This is incredibly useful when dealing with binary numbers which represent a set of 'flags'. Such numbers are called bitfields. Flags are pieces of state information which can either be set or clear, which is a nice fit for binary. Flags are often defined like this:
const uint kSignal = 1<<0; // binary 0001 const uint kBreak = 1<<1; // binary 0010 const uint kWait = 1<<2; // binary 0100
Each flag is given a meaningful name and assigned the unique binary bit which represents it. Because a bitfield is designed to hold many such flags together, it's often useful to be able to set multiple flags together, which is where bitwise or comes into play:
const uint kSignal = 1<<0; // binary 0001 const uint kBreak = 1<<1; // binary 0010 const uint kWait = 1<<2; // binary 0100 // 0011 = 0001 | 0010 // bitField = 0011 uint bitField = kSignal | kBreak;
Above we have composed a new bitfield containing the flags kSignal and kBreak but not kWait. Because our flags are unique, when we or them together we end up with the combination of both flags set in our bitfield.
Bitwise and, represented by & in most languages combines the two input numbers in a different way. The resulting binary number has a one in each bit only where both source numbers have a one, and has a zero in all other locations.
Bitwise and is also very useful when dealing with flags. For example, what if we want to tell if a given bitfield contains a particular flag?
const uint kSignal = 1<<0; // binary 0001 const uint kBreak = 1<<1; // binary 0010 const uint kWait = 1<<2; // binary 0100 // 0011 = 0001 | 0010 // bitField = 0011 uint bitField = kSignal | kBreak; // (0011 & 0100) = 0, so // containsWait = false bool containsWait = (bitField & kWait) != 0;
Here, containsWait will be false because our bitfield does not have the bit represented by kWait set, so when it gets bitwise anded with the flag kWait (which of course only contains one particular bit) the resulting integer will be zero. You can also write that like this:
bool containsWait = (bitField & kWait) == kWait;
Bitwise not, represented by ~ in most languages, simply takes each bit in a single number and flips it.
This is useful in conjunction with bitwise and when we'd like to remove a flag from a bitfield:
const uint kSignal = 1<<0; // binary 0001 const uint kBreak = 1<<1; // binary 0010 const uint kWait = 1<<2; // binary 0100 // 0011 = 0001 | 0010 // bitField = 0011 uint bitField = kSignal | kBreak; // clear kBreak // ~kBreak = ~0010 = 1101 // 0011 & 1101 = 0001 // bitField = 0001 bitField &= ~kBreak;
Because ~ flips every bit, performing that operation on a flag forms a mask which represents every possible flag except the given one. When this mask is then bitwise anded with a bitfield, it clears the bit from the bitfield which is zero in the mask, thus removing it.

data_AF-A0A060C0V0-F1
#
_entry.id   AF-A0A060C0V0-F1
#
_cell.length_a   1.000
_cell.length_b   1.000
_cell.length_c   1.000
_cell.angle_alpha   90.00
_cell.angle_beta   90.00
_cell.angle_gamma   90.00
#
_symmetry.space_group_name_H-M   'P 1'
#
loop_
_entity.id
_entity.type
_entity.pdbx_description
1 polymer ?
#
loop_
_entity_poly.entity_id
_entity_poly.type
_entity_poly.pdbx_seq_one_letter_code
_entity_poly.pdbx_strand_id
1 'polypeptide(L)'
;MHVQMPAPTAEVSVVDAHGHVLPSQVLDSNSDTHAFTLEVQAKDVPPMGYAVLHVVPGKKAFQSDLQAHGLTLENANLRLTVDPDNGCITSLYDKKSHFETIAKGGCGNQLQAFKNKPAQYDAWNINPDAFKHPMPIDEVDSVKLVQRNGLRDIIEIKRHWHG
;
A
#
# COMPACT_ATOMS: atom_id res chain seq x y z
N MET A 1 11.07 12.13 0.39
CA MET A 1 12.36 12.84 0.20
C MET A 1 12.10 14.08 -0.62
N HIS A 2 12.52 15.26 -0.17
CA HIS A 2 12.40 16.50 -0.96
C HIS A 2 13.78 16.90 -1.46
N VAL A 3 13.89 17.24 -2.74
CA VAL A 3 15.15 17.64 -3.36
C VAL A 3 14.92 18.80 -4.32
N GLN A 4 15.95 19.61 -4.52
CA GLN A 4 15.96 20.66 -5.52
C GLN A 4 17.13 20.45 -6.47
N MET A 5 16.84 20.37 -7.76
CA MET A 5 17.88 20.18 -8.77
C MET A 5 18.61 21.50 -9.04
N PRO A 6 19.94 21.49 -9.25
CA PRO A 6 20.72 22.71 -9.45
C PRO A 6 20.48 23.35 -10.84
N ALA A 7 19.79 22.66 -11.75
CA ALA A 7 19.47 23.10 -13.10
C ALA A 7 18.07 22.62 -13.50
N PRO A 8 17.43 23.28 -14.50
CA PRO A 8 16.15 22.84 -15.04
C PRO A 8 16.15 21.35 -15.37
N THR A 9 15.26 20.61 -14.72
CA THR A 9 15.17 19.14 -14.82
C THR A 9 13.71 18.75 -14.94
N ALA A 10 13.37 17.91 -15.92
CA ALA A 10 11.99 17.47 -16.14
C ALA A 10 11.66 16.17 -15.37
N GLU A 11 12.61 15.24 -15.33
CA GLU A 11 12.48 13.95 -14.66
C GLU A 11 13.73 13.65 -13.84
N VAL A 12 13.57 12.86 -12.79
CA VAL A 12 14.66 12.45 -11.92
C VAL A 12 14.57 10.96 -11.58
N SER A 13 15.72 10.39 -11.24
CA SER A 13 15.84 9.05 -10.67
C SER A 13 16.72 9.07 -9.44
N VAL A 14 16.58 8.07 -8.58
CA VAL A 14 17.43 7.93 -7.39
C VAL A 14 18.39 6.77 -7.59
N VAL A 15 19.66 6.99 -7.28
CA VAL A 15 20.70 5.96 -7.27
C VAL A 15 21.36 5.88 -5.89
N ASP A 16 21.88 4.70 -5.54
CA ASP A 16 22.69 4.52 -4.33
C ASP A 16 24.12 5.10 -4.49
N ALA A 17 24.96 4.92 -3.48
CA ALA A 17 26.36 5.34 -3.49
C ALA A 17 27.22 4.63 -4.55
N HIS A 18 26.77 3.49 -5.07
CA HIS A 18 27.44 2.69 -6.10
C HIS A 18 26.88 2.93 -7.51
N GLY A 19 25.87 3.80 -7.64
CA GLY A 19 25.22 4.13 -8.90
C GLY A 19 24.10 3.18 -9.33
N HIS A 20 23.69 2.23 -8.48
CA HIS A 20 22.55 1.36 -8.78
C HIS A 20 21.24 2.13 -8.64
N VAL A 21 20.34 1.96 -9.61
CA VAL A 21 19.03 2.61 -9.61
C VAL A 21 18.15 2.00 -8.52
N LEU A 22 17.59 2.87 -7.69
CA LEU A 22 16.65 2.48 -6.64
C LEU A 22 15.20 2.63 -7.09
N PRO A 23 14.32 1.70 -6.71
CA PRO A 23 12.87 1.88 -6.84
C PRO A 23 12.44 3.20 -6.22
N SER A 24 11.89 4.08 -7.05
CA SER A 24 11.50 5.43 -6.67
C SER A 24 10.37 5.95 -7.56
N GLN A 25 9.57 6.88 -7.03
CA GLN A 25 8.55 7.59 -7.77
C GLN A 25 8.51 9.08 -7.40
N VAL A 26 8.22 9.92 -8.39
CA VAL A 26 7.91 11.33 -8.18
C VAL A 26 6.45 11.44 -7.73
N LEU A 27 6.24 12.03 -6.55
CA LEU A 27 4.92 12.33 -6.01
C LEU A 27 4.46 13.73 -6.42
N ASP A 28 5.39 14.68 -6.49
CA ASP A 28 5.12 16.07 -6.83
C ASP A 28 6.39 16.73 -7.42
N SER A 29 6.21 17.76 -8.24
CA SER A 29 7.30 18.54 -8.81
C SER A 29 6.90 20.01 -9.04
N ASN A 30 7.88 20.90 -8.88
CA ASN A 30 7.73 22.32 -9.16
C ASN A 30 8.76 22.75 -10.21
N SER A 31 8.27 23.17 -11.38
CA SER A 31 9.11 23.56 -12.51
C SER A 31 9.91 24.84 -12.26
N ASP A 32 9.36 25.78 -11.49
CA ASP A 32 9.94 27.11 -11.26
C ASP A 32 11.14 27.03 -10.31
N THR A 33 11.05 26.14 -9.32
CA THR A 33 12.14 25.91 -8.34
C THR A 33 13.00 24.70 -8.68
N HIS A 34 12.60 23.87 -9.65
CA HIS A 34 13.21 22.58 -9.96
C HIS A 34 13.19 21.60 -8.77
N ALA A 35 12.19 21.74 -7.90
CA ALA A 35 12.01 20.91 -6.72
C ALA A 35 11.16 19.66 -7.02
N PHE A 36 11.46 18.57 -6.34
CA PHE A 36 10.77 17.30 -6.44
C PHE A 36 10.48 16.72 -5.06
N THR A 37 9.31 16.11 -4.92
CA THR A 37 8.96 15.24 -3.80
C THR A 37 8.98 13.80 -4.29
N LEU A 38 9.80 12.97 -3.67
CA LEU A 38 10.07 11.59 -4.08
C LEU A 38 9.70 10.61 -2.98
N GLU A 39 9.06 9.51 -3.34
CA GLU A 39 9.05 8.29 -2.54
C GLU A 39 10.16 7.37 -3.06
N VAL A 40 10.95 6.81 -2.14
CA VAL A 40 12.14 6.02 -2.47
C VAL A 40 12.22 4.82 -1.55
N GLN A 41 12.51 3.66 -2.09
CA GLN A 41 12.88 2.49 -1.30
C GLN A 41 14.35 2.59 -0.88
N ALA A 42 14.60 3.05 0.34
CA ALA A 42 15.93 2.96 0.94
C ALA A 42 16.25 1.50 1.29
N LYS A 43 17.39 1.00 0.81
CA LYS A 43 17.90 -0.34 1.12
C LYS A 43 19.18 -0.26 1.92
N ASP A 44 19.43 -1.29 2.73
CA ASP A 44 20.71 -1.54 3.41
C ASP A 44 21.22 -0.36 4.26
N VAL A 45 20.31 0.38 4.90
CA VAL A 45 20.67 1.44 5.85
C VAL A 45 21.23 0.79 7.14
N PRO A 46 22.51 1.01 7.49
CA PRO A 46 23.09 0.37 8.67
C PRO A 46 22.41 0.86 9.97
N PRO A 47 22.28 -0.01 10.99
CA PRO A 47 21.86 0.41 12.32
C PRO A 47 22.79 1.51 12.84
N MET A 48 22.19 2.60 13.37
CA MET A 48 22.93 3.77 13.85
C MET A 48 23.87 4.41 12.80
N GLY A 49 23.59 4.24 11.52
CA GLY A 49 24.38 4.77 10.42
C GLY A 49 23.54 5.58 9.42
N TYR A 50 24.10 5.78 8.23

Multiple flags can be cleared at the same time by combining all three operators:
const uint kSignal = 1<<0; // binary 0001 const uint kBreak = 1<<1; // binary 0010 const uint kWait = 1<<2; // binary 0100 // 0011 = 0001 | 0010 // bitField = 0011 uint bitField = kSignal | kBreak; // clear kBreak and kSignal // kBreak|kSignal = 0010 | 0001 = 0011 // ~(kBreak|kSignal) = ~0011 = 1100 // 0011 & 1100 = 0 // bitField = 0 bitField &= ~(kBreak|kSignal);
Exclusive or, represented by ^ in most languages takes two numbers and produces a one for each bit which is set in one number but not the other and zero elsewhere.
This operator is useful with flags if we want to toggle a flag:
const uint kSignal = 1<<0; // binary 0001 const uint kBreak = 1<<1; // binary 0010 const uint kWait = 1<<2; // binary 0100 // 0011 = 0001 | 0010 // bitField = 0011 uint bitField = kSignal | kBreak; // toggle kSignal // bitField = bitField ^ kSignal // 0010 = 0011 ^ 0001 // bitField = 0010 bitField ^= kSignal;
Again, we can use it with a mask to toggle various flags together:
const uint kSignal = 1<<0; // binary 0001 const uint kBreak = 1<<1; // binary 0010 const uint kWait = 1<<2; // binary 0100 // 0011 = 0001 | 0010 // bitField = 0011 uint bitField = kSignal | kBreak; // toggle kSignal and kBreak // bitField = bitField ^ (kSignal | kBreak) // 0000 = 0011 ^ 0011 // bitField = 0 bitField ^= kSignal | kBreak;
Because it's more difficult to read the true meaning of bitwise operations on a set of flags you should consider very carefully whether you need the extra level of compactness offered by using these techniques before writing new code. It might be just as easy to use multiple boolean variable types, which will be much easier to read and maintain.
Understanding bitwise operations will, however, set you in good stead should you encounter them in legacy code and a good programmer should be able to fully understand all the tools at his disposal.
That's it for now, hope this has helped you get a better understanding of how binary works!
Until next time, have fun!